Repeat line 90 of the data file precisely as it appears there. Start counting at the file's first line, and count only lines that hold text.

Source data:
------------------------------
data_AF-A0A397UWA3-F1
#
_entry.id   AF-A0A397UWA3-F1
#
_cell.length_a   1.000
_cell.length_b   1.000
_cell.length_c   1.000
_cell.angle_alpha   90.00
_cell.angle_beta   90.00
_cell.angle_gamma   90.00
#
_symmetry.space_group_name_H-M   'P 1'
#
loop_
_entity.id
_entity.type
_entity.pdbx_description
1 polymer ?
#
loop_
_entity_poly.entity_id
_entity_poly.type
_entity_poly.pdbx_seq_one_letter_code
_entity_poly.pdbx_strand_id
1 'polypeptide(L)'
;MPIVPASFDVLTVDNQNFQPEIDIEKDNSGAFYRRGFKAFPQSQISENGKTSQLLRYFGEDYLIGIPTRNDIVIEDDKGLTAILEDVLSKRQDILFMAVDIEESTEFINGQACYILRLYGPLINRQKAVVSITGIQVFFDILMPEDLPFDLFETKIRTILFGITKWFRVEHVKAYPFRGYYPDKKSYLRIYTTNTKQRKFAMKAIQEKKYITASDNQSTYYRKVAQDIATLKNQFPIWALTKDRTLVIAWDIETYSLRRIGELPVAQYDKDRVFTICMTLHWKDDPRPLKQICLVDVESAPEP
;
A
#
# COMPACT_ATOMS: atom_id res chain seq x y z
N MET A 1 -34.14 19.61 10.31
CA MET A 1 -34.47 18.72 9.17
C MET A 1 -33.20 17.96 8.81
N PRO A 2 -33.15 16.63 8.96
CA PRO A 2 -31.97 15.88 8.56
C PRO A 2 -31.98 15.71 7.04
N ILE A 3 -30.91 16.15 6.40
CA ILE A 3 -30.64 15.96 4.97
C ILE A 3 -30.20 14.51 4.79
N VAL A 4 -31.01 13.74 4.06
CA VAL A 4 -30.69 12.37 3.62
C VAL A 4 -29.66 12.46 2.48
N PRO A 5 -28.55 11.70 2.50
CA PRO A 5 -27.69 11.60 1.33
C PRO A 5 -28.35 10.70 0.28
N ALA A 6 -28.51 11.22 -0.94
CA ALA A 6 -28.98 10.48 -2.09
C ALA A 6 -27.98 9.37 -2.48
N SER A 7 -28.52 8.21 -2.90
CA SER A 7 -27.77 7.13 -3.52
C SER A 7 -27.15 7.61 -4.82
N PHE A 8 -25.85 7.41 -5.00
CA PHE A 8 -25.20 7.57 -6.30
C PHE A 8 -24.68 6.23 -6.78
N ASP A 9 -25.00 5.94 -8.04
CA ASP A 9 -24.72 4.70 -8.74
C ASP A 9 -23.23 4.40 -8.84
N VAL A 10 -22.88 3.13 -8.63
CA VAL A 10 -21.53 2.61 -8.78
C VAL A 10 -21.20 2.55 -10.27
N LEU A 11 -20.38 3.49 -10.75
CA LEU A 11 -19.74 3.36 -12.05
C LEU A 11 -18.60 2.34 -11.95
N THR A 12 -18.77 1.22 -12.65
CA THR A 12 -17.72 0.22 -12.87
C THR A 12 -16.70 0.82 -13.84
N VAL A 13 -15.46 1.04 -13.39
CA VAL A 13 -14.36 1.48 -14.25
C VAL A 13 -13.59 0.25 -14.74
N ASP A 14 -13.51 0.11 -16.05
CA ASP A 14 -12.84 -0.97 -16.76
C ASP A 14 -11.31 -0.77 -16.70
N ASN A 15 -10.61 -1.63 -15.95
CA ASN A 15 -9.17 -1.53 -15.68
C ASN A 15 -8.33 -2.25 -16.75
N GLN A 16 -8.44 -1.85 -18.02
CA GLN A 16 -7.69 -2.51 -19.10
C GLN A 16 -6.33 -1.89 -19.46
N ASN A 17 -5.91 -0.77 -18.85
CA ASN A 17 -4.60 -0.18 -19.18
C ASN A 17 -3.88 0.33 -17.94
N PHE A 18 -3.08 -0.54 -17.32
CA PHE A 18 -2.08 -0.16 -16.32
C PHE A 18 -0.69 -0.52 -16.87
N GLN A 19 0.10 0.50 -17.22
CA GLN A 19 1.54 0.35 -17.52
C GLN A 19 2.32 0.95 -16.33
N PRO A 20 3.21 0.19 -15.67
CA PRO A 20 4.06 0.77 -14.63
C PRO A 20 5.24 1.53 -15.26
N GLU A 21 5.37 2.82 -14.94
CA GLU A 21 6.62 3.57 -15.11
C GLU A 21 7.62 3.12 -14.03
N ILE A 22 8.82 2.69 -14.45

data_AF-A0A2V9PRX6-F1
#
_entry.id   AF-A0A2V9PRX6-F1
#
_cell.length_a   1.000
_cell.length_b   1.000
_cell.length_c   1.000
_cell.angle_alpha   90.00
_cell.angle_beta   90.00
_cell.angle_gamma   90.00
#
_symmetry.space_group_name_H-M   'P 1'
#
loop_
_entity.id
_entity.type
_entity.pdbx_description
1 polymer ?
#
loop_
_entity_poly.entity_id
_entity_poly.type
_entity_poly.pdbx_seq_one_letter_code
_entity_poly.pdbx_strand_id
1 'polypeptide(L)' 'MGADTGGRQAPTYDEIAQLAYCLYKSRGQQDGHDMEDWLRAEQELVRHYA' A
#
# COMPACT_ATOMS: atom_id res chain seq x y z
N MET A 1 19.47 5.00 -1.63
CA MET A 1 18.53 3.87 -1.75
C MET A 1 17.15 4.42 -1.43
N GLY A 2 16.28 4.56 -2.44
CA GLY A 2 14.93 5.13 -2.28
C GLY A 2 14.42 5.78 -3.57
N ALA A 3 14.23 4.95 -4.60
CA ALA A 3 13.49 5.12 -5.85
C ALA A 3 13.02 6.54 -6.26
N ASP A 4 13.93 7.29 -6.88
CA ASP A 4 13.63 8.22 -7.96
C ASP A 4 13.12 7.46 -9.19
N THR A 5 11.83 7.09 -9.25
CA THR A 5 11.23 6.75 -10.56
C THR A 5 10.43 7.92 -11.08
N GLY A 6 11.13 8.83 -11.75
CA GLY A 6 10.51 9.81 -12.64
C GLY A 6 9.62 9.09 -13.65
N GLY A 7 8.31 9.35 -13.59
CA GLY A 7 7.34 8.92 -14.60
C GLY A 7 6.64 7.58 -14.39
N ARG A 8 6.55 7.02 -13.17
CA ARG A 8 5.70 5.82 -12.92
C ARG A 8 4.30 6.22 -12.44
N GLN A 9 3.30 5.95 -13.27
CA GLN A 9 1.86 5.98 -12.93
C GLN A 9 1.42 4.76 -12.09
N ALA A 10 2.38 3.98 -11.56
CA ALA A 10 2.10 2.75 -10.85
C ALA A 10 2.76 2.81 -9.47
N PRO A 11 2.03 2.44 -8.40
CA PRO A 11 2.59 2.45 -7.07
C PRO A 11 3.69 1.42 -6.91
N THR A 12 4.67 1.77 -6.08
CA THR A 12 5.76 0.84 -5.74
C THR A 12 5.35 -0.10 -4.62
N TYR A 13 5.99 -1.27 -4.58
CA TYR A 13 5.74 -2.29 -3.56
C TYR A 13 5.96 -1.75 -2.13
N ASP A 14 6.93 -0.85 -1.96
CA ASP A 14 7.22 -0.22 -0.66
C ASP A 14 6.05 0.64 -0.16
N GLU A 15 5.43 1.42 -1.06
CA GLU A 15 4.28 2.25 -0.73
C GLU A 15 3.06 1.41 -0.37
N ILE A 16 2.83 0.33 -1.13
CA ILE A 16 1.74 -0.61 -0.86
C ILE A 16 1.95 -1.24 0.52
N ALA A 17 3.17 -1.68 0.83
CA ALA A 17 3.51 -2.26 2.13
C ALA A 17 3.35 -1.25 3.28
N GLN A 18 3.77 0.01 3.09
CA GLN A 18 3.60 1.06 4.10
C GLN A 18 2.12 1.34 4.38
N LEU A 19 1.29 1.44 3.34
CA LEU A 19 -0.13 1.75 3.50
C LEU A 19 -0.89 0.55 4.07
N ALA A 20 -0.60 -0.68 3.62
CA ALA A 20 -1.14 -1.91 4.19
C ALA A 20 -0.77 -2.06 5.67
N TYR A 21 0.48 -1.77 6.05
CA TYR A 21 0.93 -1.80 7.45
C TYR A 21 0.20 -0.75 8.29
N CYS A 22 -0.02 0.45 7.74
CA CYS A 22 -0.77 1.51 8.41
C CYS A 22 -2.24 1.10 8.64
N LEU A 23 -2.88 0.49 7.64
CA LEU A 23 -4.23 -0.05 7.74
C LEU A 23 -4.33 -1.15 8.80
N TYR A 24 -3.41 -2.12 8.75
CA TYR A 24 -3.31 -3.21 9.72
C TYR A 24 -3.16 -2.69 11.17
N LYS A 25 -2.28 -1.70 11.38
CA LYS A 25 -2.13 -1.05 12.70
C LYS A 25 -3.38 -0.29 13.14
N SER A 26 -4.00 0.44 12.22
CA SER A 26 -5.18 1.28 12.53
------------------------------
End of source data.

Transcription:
C PRO A 20 5.24 1.53 -15.26